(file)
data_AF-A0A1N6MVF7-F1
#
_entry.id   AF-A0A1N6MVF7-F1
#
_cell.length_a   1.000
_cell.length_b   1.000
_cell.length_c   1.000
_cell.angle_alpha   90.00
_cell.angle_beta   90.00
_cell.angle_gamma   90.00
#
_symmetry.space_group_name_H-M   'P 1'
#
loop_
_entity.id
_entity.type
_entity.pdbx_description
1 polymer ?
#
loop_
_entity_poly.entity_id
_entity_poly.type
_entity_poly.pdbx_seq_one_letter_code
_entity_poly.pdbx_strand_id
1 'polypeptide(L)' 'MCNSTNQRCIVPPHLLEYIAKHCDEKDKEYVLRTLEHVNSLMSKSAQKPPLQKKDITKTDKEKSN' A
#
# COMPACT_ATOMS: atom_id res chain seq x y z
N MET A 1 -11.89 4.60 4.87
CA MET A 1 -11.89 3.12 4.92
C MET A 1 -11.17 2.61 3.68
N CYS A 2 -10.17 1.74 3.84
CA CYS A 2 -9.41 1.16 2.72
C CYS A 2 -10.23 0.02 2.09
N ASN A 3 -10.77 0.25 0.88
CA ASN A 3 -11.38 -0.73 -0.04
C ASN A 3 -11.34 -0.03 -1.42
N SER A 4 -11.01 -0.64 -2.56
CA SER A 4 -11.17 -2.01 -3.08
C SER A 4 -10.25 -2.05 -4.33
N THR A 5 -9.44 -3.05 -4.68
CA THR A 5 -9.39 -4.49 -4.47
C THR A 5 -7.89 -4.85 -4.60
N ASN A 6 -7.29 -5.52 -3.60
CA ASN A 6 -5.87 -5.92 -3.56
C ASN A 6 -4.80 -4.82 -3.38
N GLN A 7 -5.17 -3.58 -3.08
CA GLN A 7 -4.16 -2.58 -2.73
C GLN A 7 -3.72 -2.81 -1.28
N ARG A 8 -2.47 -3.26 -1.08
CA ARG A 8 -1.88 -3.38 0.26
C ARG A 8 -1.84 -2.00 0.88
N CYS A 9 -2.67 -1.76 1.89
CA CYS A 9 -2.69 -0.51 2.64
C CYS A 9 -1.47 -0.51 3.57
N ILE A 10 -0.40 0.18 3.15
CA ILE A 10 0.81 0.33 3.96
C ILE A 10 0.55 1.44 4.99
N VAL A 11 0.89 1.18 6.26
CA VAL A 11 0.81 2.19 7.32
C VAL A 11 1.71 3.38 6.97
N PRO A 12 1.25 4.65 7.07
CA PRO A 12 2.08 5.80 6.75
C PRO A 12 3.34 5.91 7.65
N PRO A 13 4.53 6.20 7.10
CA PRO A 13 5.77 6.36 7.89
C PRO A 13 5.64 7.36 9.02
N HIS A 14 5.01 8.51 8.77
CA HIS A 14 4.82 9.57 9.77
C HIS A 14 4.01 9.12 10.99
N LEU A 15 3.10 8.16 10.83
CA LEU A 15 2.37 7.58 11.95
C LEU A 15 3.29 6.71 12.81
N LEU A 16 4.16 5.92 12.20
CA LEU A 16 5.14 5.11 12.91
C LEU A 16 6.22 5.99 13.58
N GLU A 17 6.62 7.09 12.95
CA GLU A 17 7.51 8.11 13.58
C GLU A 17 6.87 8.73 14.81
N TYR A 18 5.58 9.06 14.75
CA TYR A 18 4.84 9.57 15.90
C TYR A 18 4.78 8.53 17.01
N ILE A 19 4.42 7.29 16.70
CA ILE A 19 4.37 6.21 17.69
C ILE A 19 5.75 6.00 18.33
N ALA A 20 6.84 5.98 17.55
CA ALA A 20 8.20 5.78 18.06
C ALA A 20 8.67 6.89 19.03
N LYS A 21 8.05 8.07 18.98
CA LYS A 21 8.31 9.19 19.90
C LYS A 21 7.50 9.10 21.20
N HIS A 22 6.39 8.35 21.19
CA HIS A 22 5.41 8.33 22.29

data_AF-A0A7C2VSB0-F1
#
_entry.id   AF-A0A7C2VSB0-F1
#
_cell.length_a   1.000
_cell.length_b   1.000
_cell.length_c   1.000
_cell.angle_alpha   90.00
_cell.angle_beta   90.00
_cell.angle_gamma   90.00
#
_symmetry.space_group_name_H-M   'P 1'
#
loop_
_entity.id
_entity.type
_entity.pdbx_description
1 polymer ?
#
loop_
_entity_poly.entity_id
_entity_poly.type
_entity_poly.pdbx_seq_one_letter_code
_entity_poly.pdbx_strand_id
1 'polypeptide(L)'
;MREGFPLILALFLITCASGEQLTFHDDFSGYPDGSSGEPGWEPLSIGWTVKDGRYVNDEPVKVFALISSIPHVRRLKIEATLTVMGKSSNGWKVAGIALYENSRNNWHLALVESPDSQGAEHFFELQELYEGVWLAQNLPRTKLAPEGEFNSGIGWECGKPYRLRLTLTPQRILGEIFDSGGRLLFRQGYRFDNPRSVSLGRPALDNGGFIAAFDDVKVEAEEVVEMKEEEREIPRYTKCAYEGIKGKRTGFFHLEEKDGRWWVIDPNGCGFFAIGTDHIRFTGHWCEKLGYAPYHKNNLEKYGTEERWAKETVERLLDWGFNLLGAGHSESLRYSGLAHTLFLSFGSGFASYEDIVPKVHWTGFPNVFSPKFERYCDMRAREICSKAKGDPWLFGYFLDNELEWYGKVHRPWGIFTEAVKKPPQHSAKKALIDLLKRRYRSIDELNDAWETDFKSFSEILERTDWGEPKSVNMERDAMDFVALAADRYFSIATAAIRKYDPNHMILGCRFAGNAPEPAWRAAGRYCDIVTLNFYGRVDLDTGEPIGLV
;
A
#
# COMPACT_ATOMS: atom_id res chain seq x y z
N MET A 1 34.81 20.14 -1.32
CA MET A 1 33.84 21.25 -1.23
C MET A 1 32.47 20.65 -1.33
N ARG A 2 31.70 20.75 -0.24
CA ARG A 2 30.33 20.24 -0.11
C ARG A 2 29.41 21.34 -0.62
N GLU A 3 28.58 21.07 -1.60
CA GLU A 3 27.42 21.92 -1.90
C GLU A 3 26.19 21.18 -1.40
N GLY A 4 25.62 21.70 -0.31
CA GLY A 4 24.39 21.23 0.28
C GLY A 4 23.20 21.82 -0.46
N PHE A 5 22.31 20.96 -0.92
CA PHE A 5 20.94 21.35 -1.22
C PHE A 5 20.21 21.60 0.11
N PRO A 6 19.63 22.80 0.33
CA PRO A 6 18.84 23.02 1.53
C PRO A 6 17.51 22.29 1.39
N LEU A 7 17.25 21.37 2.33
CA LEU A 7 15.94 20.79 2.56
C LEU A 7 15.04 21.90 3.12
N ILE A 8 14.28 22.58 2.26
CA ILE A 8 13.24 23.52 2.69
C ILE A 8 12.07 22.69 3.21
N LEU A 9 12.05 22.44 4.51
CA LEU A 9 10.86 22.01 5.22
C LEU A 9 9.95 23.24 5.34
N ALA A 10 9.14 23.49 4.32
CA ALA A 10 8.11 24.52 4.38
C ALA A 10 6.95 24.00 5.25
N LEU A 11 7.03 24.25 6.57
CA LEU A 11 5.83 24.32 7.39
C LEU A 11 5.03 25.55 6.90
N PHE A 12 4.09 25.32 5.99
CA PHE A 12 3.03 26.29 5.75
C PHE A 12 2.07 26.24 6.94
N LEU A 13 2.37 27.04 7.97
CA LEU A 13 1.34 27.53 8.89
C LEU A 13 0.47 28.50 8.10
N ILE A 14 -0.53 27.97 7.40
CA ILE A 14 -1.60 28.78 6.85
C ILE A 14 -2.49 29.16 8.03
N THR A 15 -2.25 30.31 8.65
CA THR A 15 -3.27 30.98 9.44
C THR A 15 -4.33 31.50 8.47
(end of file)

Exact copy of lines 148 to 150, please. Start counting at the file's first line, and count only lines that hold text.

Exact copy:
CA LEU A 9 10.86 22.01 5.22
C LEU A 9 9.95 23.24 5.34
N ALA A 10 9.14 23.49 4.32